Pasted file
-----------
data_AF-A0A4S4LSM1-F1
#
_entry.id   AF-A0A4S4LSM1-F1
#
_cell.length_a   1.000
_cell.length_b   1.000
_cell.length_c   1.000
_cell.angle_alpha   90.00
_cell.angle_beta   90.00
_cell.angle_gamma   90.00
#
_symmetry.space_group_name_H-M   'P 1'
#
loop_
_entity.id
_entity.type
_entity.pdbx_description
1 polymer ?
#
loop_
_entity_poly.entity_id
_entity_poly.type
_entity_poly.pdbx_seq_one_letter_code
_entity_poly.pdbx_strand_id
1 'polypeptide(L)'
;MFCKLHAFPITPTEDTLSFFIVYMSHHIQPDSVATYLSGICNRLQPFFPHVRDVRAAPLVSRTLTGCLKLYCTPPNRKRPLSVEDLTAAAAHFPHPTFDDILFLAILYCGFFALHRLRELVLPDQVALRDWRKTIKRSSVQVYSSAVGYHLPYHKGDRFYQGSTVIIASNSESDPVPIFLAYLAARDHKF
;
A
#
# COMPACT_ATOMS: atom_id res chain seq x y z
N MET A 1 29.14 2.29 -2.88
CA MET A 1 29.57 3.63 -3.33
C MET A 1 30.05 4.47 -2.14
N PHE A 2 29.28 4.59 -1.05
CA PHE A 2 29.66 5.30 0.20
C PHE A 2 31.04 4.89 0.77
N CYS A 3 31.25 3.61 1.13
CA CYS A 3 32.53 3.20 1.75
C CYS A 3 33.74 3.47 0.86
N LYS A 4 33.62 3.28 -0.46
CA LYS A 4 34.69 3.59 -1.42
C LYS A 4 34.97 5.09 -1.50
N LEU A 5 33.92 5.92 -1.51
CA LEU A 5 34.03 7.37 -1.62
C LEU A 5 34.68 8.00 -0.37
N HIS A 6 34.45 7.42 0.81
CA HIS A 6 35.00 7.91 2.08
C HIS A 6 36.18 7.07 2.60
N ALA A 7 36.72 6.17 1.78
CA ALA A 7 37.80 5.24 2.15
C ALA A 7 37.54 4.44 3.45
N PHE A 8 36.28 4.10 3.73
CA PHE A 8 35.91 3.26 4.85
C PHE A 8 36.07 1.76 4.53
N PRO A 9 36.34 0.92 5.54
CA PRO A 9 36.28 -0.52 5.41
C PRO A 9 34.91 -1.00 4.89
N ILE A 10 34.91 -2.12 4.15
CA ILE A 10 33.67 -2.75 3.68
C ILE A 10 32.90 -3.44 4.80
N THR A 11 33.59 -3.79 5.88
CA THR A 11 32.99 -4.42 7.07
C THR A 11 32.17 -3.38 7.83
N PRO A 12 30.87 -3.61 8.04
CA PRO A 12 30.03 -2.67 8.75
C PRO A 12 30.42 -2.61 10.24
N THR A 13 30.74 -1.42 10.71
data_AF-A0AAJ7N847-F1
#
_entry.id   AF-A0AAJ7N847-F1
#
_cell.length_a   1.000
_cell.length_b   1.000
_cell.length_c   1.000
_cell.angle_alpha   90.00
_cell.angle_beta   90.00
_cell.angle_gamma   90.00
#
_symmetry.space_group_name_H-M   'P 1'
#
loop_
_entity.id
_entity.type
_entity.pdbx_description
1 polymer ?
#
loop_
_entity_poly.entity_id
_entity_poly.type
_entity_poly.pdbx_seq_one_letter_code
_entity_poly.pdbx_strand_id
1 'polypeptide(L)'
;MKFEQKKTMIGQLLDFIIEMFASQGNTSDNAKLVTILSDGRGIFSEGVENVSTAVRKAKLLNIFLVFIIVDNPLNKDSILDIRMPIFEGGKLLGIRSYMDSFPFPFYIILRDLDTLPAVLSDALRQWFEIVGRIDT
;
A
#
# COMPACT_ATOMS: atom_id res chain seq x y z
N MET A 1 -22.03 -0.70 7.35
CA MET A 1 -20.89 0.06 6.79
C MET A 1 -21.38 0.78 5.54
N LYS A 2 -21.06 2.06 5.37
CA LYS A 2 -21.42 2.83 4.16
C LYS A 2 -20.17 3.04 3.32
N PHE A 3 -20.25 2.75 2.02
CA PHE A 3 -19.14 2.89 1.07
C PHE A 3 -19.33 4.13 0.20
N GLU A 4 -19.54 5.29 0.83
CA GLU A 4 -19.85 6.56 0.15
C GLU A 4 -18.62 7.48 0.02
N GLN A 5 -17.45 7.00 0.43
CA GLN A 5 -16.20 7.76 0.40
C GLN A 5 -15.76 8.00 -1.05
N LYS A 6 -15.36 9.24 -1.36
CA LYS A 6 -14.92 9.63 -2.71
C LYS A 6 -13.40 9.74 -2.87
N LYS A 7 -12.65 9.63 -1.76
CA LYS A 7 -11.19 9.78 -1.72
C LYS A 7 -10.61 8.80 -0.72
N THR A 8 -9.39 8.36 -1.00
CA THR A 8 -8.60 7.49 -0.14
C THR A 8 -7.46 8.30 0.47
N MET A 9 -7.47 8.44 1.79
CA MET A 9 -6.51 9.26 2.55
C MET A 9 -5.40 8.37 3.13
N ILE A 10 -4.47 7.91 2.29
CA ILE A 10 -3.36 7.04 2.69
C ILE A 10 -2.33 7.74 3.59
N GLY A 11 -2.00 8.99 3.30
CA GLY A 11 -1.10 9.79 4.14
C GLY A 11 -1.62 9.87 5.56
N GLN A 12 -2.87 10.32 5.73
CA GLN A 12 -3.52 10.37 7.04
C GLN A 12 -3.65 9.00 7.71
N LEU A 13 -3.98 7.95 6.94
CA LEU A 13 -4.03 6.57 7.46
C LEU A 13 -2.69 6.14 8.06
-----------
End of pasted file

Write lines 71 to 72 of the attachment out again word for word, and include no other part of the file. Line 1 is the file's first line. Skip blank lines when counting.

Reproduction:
#
_cell.length_a   1.000